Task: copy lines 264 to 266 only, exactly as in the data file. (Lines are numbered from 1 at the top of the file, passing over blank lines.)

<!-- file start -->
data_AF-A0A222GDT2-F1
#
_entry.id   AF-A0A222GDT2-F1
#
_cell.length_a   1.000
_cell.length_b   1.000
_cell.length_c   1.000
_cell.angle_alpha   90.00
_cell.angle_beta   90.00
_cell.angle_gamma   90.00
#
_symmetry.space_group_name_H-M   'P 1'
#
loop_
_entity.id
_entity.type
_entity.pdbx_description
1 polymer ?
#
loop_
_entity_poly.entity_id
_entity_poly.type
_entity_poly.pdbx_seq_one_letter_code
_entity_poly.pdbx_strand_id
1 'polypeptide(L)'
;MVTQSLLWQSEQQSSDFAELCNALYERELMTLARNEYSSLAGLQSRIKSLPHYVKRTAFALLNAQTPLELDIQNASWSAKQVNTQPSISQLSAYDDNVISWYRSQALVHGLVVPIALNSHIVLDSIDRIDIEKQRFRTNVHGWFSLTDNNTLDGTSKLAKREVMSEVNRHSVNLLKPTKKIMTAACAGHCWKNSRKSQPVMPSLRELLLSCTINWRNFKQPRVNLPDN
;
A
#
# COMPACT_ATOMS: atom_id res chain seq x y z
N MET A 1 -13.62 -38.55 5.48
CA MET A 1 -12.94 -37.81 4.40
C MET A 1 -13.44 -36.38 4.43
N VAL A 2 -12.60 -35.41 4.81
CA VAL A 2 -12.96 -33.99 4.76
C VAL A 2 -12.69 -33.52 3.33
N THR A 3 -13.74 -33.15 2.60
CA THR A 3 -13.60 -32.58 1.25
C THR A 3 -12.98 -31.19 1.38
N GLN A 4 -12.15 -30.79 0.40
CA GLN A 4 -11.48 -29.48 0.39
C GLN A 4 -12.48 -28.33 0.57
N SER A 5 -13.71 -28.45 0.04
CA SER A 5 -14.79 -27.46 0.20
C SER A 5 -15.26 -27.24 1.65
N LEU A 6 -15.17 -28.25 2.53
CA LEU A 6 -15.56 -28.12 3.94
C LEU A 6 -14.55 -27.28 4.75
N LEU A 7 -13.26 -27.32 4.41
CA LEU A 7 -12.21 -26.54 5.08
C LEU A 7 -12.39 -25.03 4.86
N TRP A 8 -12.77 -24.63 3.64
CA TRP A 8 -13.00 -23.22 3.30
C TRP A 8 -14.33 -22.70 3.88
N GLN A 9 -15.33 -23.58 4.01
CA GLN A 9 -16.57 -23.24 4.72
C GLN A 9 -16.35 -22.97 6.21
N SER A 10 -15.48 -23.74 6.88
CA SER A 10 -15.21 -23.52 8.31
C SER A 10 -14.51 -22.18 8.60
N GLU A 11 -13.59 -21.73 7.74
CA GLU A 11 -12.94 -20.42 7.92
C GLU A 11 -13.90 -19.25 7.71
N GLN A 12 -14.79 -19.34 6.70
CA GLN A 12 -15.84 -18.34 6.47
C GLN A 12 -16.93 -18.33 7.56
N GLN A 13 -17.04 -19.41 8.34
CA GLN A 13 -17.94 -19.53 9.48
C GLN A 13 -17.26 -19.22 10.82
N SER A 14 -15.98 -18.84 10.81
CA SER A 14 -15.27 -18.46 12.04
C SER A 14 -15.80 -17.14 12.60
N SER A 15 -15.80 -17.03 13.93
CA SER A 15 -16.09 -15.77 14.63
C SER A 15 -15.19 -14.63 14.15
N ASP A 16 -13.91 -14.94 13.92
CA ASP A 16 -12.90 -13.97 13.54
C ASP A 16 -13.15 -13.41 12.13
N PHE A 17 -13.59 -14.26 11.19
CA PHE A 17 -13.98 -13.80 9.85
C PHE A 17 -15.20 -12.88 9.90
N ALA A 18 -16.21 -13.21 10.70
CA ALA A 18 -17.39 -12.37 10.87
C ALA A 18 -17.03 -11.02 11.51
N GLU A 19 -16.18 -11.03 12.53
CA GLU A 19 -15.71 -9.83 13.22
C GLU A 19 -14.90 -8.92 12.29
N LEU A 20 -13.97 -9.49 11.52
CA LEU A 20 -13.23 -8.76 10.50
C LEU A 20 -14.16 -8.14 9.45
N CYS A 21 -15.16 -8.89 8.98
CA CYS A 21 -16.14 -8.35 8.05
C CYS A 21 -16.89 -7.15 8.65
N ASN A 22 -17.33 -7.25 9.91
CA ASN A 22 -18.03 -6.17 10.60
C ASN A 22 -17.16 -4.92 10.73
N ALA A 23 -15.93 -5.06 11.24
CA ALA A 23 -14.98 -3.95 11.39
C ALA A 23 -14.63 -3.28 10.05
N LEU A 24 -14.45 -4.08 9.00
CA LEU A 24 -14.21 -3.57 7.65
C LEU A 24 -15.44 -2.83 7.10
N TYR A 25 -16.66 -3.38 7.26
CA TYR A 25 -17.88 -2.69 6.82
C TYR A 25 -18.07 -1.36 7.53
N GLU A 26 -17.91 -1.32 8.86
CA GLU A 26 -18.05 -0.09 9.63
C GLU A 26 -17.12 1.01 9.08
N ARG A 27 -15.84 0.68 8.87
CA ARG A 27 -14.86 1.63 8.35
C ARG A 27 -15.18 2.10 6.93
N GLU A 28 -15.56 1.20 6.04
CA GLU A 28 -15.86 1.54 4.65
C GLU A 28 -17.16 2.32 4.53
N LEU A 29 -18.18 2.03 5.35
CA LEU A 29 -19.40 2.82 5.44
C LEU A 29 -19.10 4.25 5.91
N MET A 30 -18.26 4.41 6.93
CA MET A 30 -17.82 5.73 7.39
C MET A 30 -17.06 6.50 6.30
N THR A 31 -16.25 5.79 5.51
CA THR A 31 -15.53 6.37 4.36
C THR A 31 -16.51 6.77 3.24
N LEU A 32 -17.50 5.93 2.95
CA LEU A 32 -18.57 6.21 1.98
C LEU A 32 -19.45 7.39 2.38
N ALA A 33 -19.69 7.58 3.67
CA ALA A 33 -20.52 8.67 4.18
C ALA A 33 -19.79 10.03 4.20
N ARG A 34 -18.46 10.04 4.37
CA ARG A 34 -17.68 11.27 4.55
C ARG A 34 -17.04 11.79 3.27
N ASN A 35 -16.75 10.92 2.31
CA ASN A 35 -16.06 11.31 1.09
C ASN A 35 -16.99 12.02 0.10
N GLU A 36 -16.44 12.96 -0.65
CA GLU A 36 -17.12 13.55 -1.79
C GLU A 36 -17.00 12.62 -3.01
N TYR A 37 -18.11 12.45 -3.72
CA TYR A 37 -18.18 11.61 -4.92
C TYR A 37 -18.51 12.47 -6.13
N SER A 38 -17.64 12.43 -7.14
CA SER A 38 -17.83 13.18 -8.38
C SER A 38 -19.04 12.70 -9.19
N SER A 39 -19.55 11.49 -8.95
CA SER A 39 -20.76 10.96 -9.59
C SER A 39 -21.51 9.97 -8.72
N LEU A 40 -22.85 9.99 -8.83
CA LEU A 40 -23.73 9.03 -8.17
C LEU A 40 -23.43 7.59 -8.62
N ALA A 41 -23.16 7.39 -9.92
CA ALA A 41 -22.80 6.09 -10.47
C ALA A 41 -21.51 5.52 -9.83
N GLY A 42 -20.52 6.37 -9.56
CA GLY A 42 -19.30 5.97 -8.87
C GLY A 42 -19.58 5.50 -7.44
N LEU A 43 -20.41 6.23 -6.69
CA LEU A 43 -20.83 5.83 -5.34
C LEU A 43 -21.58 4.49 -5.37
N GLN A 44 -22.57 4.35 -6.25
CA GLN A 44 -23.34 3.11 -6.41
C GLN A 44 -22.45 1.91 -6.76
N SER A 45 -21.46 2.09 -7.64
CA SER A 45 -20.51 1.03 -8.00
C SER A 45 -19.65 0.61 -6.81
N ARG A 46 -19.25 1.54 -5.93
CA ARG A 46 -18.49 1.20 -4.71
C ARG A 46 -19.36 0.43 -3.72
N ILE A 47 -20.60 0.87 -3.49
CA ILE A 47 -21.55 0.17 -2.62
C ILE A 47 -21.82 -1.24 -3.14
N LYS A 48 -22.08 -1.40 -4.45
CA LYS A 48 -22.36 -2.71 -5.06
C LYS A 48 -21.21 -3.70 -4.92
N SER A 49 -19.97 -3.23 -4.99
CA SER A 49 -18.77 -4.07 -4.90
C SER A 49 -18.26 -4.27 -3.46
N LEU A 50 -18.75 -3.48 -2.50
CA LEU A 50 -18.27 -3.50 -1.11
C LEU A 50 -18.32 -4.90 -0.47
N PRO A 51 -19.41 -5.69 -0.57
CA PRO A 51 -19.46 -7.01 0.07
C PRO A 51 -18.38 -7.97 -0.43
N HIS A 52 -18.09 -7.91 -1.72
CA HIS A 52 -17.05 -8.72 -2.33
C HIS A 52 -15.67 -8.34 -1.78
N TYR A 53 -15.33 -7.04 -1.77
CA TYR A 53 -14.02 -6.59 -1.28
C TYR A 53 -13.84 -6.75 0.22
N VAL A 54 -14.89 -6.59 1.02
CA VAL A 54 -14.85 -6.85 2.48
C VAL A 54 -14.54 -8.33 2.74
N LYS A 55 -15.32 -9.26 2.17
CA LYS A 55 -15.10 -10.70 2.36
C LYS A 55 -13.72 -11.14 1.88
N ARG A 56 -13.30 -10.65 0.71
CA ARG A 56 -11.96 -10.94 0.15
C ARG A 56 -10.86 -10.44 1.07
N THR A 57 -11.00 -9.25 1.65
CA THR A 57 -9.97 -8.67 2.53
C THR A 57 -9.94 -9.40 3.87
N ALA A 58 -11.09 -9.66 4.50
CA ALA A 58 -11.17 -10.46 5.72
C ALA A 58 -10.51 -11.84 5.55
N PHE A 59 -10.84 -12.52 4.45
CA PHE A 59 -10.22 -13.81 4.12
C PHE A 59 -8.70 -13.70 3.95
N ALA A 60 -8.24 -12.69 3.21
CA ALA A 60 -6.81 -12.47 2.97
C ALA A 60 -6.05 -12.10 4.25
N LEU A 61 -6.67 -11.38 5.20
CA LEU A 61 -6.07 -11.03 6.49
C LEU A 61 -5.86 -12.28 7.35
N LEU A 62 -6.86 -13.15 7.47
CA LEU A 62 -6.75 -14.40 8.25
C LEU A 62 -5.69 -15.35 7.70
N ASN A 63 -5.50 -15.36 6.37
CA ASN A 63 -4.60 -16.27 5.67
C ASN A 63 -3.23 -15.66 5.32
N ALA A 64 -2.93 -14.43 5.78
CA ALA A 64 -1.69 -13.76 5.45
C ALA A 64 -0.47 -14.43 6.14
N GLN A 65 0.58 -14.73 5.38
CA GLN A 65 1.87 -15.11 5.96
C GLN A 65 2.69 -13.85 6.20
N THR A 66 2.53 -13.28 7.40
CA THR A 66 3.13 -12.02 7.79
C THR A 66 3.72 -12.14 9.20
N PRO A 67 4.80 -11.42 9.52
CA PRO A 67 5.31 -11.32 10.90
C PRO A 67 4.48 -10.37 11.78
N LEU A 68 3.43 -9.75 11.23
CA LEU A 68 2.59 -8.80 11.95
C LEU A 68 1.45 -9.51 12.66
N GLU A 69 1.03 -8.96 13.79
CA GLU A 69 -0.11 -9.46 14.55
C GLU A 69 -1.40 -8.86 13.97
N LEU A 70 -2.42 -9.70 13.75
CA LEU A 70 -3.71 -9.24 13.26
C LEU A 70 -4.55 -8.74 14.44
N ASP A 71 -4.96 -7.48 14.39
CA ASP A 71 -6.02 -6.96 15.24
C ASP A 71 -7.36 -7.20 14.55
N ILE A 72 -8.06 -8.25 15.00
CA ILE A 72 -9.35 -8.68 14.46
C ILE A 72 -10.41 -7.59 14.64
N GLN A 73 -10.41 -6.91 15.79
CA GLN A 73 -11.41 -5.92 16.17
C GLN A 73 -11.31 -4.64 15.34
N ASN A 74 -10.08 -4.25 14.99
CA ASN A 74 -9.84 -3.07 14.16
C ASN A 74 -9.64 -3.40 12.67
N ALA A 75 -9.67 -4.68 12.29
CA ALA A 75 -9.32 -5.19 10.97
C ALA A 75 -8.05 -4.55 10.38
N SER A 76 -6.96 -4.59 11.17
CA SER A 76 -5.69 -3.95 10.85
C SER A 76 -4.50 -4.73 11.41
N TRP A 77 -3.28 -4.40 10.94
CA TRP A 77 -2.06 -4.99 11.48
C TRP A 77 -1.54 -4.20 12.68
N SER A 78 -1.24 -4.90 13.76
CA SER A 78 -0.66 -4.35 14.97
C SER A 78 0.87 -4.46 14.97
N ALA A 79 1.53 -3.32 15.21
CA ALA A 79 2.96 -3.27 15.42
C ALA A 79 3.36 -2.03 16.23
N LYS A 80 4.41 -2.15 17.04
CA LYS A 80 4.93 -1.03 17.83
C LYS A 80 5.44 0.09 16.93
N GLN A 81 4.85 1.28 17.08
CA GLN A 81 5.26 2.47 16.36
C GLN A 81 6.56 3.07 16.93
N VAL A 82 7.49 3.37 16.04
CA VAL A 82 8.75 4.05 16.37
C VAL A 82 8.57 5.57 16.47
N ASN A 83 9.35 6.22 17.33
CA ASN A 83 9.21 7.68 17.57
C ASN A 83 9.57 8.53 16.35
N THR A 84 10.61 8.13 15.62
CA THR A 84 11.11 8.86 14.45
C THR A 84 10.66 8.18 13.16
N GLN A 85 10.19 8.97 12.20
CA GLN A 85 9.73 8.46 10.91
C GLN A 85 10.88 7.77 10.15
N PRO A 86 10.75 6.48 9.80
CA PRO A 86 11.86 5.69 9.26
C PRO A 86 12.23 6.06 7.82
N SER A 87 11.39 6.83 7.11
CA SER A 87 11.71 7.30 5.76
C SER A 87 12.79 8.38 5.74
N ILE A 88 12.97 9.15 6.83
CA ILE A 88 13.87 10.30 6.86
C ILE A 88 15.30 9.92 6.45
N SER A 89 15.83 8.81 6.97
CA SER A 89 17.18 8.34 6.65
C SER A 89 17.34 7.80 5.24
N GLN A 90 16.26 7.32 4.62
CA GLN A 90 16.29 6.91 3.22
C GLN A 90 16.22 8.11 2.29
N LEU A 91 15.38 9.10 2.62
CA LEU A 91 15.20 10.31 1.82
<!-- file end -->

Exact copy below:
C SER A 78 0.87 -4.46 14.97
N ALA A 79 1.53 -3.32 15.21
CA ALA A 79 2.96 -3.27 15.42